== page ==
If any of those things above really matter to you, you should probably opt for the Pro.

But as someone who uses external monitors, wireless headphones, and didn’t mind buying a DisplayLink adapter, I opted for the Air.

I prefer the lightweight design, and the performance is already years ahead of the old Intel-chip based models. Don’t let the online bickering from tech nerds fool you… these are all pretty powerful computers and can handle what most people need.

M2 MacBook Air vs M1 Macbook Air

Perhaps you’re considering picking up an M1 chip Air which is a year or two older to save money.

I never owned an M1 MacBook Air, but the one thing that I noticed is that the M1 versions don’t have a dedicated MagSafe charging port, and instead charge through a USB-C connection similar to how a lot of cellphones do.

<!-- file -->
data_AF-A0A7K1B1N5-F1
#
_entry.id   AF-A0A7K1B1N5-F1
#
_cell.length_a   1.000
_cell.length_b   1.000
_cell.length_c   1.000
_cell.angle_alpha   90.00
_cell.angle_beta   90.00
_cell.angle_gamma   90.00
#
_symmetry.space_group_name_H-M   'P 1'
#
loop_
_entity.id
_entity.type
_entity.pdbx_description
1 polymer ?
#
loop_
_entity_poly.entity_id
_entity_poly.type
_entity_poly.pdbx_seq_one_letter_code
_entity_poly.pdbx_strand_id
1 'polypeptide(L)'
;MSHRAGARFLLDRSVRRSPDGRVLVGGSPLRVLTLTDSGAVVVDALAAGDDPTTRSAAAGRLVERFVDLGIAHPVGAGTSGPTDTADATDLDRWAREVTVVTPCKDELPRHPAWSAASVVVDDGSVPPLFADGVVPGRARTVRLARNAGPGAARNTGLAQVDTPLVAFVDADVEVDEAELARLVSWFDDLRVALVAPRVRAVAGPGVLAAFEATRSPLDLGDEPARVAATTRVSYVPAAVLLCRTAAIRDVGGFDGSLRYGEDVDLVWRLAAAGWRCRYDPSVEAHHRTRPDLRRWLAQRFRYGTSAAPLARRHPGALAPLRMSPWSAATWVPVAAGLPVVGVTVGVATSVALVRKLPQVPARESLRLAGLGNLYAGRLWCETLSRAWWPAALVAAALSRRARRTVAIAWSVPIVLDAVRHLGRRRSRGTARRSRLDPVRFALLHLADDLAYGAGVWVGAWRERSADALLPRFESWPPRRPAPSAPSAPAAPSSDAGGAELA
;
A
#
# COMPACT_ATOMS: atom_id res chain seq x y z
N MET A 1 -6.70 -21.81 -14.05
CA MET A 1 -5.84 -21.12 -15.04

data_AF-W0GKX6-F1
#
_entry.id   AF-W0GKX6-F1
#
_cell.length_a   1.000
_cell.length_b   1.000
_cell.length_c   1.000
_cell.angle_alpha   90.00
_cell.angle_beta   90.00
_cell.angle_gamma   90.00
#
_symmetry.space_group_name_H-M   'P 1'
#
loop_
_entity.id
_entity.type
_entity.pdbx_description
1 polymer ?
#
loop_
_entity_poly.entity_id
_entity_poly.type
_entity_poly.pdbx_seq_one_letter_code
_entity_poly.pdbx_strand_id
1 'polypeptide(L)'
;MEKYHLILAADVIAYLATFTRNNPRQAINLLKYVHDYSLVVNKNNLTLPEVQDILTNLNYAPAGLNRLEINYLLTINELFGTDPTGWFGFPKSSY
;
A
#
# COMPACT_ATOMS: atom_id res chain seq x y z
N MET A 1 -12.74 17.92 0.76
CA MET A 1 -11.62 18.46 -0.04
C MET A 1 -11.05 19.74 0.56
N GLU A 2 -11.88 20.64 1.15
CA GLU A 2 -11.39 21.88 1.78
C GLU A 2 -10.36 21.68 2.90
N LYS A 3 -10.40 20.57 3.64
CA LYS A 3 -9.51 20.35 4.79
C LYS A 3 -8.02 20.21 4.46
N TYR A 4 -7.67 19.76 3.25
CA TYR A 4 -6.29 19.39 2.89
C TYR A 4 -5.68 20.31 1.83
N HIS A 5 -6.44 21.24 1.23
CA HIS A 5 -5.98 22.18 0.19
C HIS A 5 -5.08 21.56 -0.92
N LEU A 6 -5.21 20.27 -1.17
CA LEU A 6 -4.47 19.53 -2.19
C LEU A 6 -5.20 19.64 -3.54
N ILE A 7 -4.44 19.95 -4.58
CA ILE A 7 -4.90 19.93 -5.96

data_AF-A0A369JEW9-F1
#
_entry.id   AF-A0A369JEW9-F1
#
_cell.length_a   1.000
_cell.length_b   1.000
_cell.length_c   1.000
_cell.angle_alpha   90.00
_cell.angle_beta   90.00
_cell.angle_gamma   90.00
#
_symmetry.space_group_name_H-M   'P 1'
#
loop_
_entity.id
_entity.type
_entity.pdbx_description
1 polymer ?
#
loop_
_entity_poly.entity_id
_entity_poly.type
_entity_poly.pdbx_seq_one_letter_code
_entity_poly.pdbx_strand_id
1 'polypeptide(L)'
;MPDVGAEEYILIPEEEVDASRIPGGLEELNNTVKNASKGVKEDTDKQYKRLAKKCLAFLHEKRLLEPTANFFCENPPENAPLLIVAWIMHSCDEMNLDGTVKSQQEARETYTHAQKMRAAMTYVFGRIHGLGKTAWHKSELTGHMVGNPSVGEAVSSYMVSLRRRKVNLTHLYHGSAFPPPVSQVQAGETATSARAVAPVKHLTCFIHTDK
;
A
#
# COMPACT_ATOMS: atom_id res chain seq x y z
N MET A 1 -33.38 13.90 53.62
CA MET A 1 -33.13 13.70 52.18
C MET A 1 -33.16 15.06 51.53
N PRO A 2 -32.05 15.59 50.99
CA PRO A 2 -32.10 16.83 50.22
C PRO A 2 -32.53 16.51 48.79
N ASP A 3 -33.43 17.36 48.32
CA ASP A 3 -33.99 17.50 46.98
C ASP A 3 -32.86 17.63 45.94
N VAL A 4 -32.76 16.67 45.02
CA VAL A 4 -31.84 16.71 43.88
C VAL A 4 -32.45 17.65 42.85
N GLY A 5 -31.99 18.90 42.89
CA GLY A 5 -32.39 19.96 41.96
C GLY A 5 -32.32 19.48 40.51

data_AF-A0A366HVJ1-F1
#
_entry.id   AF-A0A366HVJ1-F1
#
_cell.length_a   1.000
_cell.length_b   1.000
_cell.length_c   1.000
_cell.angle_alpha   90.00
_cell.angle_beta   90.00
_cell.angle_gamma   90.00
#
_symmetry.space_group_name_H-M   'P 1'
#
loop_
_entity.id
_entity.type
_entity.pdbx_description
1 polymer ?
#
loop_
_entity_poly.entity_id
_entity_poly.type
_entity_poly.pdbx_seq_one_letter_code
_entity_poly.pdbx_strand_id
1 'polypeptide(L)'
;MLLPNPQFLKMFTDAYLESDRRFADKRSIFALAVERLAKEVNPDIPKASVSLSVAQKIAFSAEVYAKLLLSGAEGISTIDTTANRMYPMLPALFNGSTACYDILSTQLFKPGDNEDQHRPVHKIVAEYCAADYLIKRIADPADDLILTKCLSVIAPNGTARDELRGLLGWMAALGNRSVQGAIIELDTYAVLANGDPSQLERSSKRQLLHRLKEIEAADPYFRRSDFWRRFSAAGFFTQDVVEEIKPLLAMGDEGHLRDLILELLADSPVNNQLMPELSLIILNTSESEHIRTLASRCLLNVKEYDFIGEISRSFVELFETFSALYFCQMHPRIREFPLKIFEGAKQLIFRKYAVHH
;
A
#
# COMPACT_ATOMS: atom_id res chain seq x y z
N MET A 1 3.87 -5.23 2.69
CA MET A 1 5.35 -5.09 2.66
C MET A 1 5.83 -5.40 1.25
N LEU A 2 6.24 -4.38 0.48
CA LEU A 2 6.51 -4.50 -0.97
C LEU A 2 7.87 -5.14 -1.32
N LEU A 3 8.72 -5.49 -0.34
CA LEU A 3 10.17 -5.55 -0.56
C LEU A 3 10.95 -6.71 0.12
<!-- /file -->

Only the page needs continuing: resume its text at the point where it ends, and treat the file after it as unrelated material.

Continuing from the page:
This is a big deal to me, since the Airs only have two USB ports. This means if you’re using one for charging, that only leaves one left for accessories.

For example, if you use one port for charging, and the second port for connecting to external monitors, there would be no USB ports left to connect cameras, microphones, or other accessories.

Once way to get around this would be to buy a USB hub/dongle that would expand your number of ports.

Some of these even have pass-through charging, which means you can use one port for charging and also connecting accessories at the same time.

I have no personal experience with that, but it seems to make sense as an option.


After now having used this for more than a year (updated March 2024) I can highly recommend the MacBook Air with the M2 chip and 24GB of RAM from my personal experience.

Its improved performance and sleek design make it a fantastic option for anyone who values both mobility and power in a laptop. I’ve traveled to over 6 countries with this laptop and it’s been nothing short of reliable no matter where I’ve gone.